1. SSDs are not signifcantly more expensive when compared to performance oriented drives (SAS 15k drives or even vraptors) on a per GB basis. SSDs are significantly faster than HDs in all respects along with lower power consumption and no moving parts. I think it's yet to be how SSDs hold up long term on average. Take a look at the caching with the Z68 chipset, its a decent compromise....
  2. Not sure what SSDs your looking at but WD black caviar 1tb is around 85 bucks, 200g ssd is close to 500, 500g is over @700, at least on newegg.

    Could you show me where you've seen that they are faster in all respects? everything I have read so far shows only faster load and read times. I know about no moving parts but that hardy seems a benefit when Im limited in the number of times I can write to the disc, at least compared to a traditional HDD. Espically when you consider the price premium you pay for SSD's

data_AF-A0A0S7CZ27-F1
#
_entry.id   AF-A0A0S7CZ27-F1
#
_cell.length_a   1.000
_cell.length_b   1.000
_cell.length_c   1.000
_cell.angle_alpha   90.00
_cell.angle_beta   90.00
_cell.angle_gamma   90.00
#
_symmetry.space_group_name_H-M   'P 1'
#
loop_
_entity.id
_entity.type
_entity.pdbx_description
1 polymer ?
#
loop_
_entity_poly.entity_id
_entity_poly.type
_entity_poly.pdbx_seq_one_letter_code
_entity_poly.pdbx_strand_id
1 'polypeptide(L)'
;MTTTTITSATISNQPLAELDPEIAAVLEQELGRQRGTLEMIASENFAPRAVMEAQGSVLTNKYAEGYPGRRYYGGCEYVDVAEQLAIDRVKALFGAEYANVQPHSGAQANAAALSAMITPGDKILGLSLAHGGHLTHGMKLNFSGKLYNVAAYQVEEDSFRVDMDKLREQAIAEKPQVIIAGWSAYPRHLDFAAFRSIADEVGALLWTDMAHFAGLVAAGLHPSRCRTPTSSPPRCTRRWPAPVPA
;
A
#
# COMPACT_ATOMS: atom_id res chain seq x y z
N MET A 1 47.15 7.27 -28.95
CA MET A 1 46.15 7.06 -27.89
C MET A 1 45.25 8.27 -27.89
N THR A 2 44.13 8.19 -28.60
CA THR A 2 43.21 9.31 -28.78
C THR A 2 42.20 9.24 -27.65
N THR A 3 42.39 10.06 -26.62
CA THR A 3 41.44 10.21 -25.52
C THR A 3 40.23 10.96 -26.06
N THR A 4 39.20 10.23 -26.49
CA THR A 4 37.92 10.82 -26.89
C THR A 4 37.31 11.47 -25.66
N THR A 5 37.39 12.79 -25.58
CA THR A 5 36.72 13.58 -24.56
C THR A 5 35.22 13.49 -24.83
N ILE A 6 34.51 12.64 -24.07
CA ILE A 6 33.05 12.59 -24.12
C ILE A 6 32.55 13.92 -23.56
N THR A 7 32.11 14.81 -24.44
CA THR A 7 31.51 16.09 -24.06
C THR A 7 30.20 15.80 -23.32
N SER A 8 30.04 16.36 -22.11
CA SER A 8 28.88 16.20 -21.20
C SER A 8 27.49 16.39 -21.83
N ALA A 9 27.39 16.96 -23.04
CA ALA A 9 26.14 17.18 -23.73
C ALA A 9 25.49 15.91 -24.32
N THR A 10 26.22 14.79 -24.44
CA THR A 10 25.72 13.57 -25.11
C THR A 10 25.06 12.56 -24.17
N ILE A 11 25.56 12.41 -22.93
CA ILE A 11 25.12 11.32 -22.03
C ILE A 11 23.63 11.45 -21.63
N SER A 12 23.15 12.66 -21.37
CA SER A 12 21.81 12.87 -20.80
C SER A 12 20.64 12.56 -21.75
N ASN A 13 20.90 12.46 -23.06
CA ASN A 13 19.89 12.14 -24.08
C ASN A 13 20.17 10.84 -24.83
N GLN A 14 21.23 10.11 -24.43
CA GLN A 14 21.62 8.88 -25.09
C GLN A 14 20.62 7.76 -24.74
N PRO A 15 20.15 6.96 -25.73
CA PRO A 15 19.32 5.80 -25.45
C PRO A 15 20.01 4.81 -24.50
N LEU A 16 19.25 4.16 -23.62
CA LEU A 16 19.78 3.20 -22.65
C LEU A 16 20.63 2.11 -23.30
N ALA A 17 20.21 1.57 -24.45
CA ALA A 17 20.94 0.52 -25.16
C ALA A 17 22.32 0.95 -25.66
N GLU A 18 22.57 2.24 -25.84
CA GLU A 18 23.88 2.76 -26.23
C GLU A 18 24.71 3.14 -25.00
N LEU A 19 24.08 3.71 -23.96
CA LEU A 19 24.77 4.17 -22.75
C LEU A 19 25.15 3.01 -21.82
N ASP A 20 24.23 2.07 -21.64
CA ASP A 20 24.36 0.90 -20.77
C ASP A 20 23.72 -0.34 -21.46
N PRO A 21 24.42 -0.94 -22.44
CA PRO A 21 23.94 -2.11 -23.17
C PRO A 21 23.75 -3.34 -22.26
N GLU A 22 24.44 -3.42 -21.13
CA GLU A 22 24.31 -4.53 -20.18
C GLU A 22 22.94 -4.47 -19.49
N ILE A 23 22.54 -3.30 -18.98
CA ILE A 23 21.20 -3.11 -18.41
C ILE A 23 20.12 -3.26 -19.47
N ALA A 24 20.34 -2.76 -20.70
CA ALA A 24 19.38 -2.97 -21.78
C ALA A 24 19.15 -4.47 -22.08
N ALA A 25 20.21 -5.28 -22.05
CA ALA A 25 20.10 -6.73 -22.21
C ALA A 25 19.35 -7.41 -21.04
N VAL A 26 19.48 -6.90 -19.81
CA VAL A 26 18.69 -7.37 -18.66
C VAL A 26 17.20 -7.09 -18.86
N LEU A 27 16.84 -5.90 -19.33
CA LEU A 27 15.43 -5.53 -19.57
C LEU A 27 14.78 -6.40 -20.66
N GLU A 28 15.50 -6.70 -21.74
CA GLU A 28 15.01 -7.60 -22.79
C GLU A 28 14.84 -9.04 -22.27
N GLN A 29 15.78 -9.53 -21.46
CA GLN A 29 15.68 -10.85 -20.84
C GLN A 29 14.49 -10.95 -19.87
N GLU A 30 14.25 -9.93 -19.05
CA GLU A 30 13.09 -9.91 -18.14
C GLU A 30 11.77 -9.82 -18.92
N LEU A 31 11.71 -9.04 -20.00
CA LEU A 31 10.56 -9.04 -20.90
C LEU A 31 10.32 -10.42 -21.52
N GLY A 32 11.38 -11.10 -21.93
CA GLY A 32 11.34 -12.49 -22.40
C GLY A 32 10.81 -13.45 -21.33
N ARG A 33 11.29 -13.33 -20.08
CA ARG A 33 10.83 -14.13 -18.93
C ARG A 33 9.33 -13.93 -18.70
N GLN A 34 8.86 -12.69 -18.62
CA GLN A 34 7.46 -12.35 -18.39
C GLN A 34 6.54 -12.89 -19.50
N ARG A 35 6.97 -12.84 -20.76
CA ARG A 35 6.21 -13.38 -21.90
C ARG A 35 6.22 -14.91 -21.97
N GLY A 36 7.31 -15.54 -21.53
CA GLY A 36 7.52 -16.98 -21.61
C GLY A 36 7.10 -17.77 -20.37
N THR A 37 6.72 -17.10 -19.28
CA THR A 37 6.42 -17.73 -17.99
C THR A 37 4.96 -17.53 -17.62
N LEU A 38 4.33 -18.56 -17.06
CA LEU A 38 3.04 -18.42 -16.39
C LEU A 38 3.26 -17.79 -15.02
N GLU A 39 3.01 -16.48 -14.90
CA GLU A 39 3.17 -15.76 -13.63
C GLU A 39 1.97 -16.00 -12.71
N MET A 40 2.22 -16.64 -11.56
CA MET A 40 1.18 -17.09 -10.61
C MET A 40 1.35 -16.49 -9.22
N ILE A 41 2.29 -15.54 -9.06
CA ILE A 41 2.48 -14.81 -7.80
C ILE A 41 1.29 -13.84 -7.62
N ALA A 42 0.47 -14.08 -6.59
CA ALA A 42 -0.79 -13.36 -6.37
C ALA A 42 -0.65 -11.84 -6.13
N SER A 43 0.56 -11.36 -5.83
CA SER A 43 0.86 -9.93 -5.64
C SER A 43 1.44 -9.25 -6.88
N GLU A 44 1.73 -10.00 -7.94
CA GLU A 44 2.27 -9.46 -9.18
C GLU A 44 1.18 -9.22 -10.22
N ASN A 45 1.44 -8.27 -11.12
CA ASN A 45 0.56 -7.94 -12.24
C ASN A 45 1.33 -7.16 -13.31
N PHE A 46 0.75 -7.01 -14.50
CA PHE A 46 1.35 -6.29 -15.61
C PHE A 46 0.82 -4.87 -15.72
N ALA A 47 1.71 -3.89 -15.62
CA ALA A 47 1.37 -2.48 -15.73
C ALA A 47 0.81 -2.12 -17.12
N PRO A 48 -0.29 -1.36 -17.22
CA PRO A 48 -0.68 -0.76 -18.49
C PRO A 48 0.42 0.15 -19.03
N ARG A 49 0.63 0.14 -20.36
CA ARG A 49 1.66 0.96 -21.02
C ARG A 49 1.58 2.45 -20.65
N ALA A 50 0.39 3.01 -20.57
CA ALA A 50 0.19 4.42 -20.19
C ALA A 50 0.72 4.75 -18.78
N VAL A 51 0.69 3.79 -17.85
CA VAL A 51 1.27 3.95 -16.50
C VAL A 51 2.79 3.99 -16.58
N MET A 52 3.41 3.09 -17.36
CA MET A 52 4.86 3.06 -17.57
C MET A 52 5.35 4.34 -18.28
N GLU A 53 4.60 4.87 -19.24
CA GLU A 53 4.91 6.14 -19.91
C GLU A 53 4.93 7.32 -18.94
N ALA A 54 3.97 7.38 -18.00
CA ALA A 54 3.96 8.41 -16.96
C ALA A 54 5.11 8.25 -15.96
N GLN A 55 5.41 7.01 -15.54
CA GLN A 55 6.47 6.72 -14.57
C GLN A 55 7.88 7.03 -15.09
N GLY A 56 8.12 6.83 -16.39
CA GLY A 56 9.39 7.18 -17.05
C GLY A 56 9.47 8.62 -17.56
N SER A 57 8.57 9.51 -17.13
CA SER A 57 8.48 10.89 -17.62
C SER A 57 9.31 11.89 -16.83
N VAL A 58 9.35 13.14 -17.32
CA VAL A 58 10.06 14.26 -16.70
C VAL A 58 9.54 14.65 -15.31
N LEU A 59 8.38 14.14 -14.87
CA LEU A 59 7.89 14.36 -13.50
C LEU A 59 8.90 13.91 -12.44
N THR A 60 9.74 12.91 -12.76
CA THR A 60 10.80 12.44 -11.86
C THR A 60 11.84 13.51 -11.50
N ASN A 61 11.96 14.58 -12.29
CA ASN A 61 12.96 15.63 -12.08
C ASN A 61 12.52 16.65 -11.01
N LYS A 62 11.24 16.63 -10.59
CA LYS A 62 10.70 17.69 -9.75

3. Transfer rates and access times are FAR better on a good SSD. Its true you pay far more per GB, but you're paying for performance. A good quality SSD will blow away a WD Black cavier. If you want both space and performance, using a Z68 chipset and chaching to a smaller SSD (say 64GB) for a larger 2TB disk will give you a good balance of price, performance and capacity. A standalone SSD is still far faster in all respects. A good 7200RPM HD might have a seek time of 4ms, an SSD is almost instant. Some SSDs can do 10k+ iops a sec with transfer rates over 200MB/sec, far faster than any standalone 7200 or even 2 drives in RAID 0.

    The best solution is tierded storage, SSD where you need performance, HDs where you need space.